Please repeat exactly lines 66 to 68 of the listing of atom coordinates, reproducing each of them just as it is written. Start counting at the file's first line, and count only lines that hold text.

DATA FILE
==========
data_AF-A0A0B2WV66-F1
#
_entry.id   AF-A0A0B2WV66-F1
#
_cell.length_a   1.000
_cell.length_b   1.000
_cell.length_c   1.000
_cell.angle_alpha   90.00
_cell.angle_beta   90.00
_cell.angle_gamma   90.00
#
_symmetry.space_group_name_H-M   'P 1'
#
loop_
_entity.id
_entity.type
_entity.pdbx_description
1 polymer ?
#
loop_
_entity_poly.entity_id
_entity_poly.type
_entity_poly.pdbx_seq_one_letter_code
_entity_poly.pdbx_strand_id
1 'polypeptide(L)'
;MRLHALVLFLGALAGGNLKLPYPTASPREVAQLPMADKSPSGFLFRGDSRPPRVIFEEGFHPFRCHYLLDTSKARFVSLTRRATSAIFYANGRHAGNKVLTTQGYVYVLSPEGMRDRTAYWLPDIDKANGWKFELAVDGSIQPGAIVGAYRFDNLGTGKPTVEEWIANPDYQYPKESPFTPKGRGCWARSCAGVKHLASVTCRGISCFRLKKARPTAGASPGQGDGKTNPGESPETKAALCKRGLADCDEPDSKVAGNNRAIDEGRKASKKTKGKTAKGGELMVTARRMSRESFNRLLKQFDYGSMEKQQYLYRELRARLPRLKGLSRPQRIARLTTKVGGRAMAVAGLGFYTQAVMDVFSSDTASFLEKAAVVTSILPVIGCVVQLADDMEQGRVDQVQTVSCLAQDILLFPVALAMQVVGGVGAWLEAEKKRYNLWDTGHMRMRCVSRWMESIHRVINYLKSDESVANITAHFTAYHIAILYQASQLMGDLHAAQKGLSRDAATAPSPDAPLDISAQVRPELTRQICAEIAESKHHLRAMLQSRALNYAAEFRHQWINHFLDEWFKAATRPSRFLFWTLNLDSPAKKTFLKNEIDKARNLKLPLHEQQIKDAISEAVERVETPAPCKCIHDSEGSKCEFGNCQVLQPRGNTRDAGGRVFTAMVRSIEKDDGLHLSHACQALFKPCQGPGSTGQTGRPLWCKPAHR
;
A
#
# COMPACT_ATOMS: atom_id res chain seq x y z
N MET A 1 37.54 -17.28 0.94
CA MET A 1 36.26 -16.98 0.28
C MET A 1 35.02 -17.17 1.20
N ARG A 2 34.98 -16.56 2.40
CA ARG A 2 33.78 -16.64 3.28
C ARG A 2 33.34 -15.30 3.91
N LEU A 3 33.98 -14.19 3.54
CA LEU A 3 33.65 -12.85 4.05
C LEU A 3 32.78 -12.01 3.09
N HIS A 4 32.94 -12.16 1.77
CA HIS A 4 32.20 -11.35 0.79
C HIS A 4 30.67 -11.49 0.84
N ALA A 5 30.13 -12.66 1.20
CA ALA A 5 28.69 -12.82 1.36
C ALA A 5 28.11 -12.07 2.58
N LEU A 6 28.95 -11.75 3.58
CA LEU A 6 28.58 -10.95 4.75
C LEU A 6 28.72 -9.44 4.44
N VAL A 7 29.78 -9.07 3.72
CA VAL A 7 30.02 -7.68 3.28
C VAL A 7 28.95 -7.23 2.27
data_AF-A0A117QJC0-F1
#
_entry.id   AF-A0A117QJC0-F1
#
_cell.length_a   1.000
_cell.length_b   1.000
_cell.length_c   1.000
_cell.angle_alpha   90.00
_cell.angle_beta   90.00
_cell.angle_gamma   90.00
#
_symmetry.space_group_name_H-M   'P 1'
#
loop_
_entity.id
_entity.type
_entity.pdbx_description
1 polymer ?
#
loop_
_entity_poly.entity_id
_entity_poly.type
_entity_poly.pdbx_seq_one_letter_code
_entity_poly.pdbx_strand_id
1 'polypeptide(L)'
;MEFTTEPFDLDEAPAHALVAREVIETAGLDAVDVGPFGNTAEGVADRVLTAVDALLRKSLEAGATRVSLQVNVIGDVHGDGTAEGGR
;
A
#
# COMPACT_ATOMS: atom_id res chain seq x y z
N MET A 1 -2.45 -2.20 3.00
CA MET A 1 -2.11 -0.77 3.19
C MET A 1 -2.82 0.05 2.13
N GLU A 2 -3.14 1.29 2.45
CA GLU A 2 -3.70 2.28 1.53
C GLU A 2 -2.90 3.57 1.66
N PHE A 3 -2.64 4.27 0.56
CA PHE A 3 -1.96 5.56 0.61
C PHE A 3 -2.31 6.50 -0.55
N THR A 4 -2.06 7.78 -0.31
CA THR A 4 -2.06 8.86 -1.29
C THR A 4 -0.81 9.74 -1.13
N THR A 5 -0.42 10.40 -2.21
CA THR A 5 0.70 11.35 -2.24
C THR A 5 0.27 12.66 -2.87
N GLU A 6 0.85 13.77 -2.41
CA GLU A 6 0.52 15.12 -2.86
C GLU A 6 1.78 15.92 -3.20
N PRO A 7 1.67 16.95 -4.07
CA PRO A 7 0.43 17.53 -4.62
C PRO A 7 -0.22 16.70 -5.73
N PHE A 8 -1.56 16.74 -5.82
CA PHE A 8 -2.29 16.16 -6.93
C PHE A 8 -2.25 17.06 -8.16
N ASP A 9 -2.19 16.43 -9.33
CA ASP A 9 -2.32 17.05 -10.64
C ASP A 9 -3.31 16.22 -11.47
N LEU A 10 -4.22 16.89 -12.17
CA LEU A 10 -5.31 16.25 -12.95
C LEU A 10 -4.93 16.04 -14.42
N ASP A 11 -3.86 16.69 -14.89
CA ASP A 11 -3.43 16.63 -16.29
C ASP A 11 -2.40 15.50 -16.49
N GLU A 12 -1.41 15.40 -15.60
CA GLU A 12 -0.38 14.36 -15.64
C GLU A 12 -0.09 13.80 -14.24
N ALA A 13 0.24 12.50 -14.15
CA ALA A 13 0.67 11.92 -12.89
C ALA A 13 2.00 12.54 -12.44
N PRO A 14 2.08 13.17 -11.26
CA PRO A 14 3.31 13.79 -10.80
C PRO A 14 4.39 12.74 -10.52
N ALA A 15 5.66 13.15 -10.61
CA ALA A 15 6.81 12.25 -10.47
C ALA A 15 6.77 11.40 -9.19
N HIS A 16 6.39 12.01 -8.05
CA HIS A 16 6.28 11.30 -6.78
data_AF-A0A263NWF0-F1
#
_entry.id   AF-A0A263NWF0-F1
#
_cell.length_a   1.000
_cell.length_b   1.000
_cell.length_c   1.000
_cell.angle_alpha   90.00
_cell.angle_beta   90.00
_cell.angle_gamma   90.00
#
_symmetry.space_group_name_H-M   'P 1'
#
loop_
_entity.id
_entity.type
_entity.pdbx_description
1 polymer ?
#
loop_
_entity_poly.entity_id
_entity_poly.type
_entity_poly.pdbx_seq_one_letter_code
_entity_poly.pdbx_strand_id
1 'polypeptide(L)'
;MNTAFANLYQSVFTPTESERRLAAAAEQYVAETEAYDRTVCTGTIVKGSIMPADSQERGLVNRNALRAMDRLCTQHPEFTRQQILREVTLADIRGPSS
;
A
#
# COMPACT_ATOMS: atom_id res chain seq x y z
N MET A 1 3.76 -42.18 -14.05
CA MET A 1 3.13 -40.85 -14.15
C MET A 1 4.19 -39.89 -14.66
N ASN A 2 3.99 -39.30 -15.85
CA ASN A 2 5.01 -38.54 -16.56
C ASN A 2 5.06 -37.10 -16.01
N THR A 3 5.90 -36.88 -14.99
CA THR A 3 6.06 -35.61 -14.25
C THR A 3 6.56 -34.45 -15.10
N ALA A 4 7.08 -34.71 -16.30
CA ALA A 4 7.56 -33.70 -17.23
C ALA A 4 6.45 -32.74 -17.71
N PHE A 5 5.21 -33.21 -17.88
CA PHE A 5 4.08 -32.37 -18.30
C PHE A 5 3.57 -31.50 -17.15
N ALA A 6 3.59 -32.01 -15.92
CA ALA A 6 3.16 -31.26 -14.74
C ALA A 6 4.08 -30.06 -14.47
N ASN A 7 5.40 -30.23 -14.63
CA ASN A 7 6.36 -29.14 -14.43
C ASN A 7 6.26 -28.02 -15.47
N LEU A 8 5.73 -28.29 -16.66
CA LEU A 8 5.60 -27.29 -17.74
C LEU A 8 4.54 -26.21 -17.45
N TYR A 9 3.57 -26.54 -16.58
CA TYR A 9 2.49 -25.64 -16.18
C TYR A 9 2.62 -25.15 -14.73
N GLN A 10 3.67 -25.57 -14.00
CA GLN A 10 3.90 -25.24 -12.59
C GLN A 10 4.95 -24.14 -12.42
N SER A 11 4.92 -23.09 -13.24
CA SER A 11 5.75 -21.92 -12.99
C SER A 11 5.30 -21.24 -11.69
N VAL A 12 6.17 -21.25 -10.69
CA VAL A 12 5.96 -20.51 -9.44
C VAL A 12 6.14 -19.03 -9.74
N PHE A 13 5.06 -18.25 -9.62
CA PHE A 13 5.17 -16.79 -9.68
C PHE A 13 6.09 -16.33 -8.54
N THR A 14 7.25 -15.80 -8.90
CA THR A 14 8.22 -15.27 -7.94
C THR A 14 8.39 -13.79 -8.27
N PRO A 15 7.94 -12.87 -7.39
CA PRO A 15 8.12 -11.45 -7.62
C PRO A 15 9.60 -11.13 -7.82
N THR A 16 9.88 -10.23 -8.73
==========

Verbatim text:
_entity.id
_entity.type
_entity.pdbx_description